> 
> Good.
> 
>> The issue is whether the "supports WebID" should mean "supports the 
>> WebID Protocol with at least syntax XYZ" or just "supports the WebID 
>> Protocol, eventhough it may speak to you in syntax which would be 
>> incomprehensible to your software, thus spewing a confusing error 
>> message".
> 
> It speaks the protocol. The data that the protocol operates on should 
> be structured such that: an Entity (Subject), its Attributes 
> (Predicates), and Attribute Values (Predicate Objects) are clearly 
> discernible to machines and humans.
> 
> Representations should be negotiated between clients and servers.
> 
>> Some people just want to have the guarantee the latter won't happen - 
>> exactly the people I said you weren't considering in your 
>> let-the-best-syntax-win idea.
> 
> HTTP lets you negotiate Structured Data Representation.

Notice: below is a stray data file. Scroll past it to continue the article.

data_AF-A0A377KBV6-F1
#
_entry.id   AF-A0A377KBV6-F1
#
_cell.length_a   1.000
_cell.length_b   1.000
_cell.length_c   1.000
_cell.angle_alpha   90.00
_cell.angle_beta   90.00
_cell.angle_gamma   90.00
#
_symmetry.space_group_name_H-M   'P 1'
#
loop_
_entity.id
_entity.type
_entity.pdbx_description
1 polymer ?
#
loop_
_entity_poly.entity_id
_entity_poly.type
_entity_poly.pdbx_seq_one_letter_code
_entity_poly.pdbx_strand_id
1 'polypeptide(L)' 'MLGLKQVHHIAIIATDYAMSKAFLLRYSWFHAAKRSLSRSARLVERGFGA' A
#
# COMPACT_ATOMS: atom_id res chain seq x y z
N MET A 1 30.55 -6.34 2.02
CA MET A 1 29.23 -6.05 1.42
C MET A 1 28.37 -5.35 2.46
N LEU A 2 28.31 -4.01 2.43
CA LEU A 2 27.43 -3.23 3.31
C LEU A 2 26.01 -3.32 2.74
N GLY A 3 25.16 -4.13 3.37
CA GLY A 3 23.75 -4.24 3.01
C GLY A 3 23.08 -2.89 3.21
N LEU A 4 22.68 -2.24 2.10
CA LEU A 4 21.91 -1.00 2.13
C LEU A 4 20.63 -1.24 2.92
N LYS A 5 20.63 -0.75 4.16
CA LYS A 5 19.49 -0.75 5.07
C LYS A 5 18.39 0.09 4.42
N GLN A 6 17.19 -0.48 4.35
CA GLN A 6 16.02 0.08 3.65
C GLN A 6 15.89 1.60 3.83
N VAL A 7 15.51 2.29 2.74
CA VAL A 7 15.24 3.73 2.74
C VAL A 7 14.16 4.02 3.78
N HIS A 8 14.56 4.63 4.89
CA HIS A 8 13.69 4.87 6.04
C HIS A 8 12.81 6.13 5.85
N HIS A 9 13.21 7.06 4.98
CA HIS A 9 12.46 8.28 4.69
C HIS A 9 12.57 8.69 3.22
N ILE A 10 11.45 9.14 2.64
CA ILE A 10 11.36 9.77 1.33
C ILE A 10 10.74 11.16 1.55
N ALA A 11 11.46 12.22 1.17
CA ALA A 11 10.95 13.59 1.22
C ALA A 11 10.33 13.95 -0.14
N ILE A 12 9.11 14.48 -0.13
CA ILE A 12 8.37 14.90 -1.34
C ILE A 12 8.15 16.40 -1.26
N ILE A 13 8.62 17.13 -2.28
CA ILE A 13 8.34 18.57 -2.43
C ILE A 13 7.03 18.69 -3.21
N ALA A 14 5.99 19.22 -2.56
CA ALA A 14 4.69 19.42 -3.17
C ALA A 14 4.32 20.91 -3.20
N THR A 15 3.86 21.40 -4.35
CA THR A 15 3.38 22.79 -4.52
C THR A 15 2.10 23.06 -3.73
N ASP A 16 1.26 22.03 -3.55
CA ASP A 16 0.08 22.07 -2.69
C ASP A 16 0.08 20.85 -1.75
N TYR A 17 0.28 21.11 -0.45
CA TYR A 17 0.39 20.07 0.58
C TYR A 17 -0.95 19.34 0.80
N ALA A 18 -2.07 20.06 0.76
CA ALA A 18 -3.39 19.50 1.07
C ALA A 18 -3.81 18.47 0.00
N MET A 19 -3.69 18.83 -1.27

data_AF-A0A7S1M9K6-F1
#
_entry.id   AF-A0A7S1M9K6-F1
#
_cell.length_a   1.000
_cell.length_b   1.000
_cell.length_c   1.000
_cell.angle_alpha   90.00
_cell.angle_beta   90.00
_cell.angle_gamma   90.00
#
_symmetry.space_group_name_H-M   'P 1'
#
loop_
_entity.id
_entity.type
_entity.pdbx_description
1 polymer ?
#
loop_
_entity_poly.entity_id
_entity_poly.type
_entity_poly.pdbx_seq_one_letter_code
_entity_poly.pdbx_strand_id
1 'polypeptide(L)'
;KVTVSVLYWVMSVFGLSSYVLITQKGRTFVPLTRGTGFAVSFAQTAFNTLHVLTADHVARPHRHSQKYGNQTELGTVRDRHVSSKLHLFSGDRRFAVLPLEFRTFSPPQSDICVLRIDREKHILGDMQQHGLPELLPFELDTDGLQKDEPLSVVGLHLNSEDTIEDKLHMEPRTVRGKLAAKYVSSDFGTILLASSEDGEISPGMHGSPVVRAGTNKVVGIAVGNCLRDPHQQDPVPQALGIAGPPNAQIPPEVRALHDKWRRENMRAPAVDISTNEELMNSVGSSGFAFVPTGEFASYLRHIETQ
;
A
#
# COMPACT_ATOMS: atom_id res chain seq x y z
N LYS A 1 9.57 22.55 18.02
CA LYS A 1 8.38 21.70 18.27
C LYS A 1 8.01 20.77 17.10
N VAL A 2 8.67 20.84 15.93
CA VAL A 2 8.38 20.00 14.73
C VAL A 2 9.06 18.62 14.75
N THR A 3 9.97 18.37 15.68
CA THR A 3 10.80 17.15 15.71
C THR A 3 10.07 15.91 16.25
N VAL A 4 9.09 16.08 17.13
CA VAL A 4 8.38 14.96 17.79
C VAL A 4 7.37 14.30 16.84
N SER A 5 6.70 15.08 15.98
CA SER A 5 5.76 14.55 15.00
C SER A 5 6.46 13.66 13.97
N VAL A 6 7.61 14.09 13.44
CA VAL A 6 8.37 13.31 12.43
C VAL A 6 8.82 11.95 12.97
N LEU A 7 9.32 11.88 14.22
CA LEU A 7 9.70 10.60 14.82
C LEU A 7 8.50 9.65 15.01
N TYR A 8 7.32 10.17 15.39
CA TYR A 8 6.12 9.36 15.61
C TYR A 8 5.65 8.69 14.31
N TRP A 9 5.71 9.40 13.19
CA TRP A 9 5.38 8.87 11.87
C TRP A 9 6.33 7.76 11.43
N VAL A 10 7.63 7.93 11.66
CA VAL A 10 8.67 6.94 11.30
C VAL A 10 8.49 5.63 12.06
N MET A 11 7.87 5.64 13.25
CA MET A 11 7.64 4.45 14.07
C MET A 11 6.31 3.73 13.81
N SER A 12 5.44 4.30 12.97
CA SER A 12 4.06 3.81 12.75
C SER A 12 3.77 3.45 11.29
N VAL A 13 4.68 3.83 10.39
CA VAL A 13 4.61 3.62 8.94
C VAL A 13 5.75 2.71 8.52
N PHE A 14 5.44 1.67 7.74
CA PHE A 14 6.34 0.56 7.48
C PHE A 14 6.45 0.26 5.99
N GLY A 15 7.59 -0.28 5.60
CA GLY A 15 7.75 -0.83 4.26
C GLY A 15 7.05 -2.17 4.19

> 
>> Also even if we fairly soon settle on a set of syntaxes which would 
>> cover 99% of WebIDs in the wild like Henry hopes, still this would be 
>> a "set of syntaxes" which is rising the implementation costs compared 
>> to having to support just the one syntax (if you are willing to 
>> sacrifice the possible advantages of the other probaly newer ones).
> 
> See comment above re. content negotiation.
> 
>> Realistically, there will be a range of implementations from feature 
>> and syntax support rich, to bare bones implemetations *both on the 
>> publisher side and the client side*. If we want even the bare bones 
>> implementations to be interoperable, they have to use the same syntax.
> 
> They have to grok the model and negotiate preferred structured data 
> representations.
> 
>> Otherwise the nice and striking "WebID" name is just good to use on